- You may need to limit your activity if you have an irregular heart rate caused by heart failure or another heart problem.
- Don't play contact sports, such as soccer or basketball, because the device can be damaged. Sports such as swimming, running, walking, tennis, golf, and bicycling are safer.
- If you want to do strength-training exercises, ask your doctor or a fitness trainer to suggest ones that are safe for someone who has a pacemaker. Some exercises might put too much strain on your device.
Most people who have a pacemaker can have an active sex life. After you get a pacemaker implanted, you'll let your chest heal for a short time. If your doctor says that you can exercise and be active, then it's probably safe for you to have sex.
Talk with your doctor if you have any concerns.
Planning for the future
As you plan for your future and your end of life, you can include plans for your pacemaker. You can make the decision to turn off your pacemaker as part of the medical treatment that you want at the end of life. You can put this information in your advance directive.
When to call a doctor
Call your doctor right away if you have symptoms that could mean your device isn't working properly, such as:
- Your heartbeat is very fast or slow, skipping, or fluttering.
- You feel dizzy, lightheaded, or faint.
- You have shortness of breath that is new or getting worse.
Call your doctor right away if you think you have an infection near your device. Signs of an infection include:
- Changes in the skin around your device, such as swelling, warmth, redness, and pain.
- An unexplained fever.
Other Works Consulted
- Akoum NW, et al. (2008). Pacemaker therapy. In EG Nabel, ed., ACP Medicine, section 1, chap. 7. Hamilton, ON: BC Decker.
- Baddour LM, et al. (2010). Update on cardiovascular implantable electronic device infections and their management. A scientific statement from the American Heart Association. Circulation, 121(3): 458–477.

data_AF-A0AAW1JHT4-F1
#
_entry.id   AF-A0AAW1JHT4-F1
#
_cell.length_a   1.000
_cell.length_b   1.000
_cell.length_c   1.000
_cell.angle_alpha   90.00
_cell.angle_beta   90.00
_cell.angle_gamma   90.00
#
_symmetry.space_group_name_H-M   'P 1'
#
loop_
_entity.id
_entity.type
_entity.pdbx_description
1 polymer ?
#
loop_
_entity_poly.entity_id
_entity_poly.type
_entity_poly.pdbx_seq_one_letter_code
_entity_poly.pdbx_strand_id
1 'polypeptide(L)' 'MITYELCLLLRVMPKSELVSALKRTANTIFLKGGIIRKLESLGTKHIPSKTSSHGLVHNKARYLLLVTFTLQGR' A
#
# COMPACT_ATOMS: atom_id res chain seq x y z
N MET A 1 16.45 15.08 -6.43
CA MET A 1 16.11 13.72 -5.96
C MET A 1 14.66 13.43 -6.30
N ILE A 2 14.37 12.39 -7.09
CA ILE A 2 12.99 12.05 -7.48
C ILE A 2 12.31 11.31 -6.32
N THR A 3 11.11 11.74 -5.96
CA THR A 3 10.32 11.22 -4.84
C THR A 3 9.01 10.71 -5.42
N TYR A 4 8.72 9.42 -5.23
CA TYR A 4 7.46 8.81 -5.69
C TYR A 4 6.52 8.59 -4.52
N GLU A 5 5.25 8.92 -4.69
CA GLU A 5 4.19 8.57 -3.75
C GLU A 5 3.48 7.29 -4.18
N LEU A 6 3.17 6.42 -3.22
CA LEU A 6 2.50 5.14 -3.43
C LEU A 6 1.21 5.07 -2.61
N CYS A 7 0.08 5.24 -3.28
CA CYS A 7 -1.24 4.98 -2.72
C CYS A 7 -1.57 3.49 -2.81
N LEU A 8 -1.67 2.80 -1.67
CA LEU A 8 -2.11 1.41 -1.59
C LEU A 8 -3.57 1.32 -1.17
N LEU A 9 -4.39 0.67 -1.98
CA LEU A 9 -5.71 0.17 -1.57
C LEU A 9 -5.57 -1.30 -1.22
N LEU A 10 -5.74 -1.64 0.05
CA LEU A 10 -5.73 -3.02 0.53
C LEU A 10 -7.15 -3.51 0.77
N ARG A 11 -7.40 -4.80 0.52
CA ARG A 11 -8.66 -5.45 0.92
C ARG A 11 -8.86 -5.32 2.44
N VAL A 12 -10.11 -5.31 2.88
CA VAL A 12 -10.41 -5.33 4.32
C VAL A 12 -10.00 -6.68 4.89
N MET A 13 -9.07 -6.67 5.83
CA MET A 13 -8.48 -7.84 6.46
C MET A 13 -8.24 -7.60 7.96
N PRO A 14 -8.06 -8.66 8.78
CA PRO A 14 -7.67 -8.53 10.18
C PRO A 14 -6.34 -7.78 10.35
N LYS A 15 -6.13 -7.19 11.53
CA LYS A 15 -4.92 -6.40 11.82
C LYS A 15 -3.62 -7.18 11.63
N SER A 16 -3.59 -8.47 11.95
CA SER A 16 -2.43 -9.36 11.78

- Lampert R, et al. (2010). HRS Expert Consensus Statement on the Management of Cardiovascular Implantable Electronic Devices (CIEDs) in patients nearing end of life or requesting withdrawal of therapy. Heart Rhythm, 7(7): 1008–1026. Available online: http://www.hrsonline.org/Policy/ClinicalGuidelines/upload/ceids_mgmt_eol.pdf.
- Lee S, et al. (2009). Clinically significant magnetic interference of implanted cardiac devices by portable headphones. Heart Rhythm, 6(10): 1432–1436.
- Levine GN, et al. (2012). Sexual activity and cardiovascular disease: A scientific statement from the American Heart Association. Circulation, 125(8): 1058–1072.
- Sears SF, et al. (2005). How to respond to an implantable cardioverter-defibrillator shock. Circulation, 111(23): e380–e382.
- Swerdlow CD, et al. (2012). Pacemakers and implantable cardioverter-defibrillators. In RO Bonow et al., eds., Braunwald's Heart Disease: A Textbook of Cardiovascular Medicine, 9th ed., vol. 1, pp. 745–770. Philadelphia: Saunders.
- Wilkoff BL, et al. (2008). HRS/EHRA expert consensus on the monitoring of cardiovascular implantable electronic devices (CIEDS): Description of techniques, indications, personnel, frequency, and ethical considerations. Heart Rhythm, 5(6): 907–925. Available online: http://www.hrsonline.org/Practice-Guidance/Clinical-Guidelines-Documents/HRS-EHRA-Expert-Consensus-on-the-Monitoring-of-Cardiovascular-Implantable-Electronic-Devices/2008-Monitoring-of-CIEDs.
Last Revised: June 12, 2013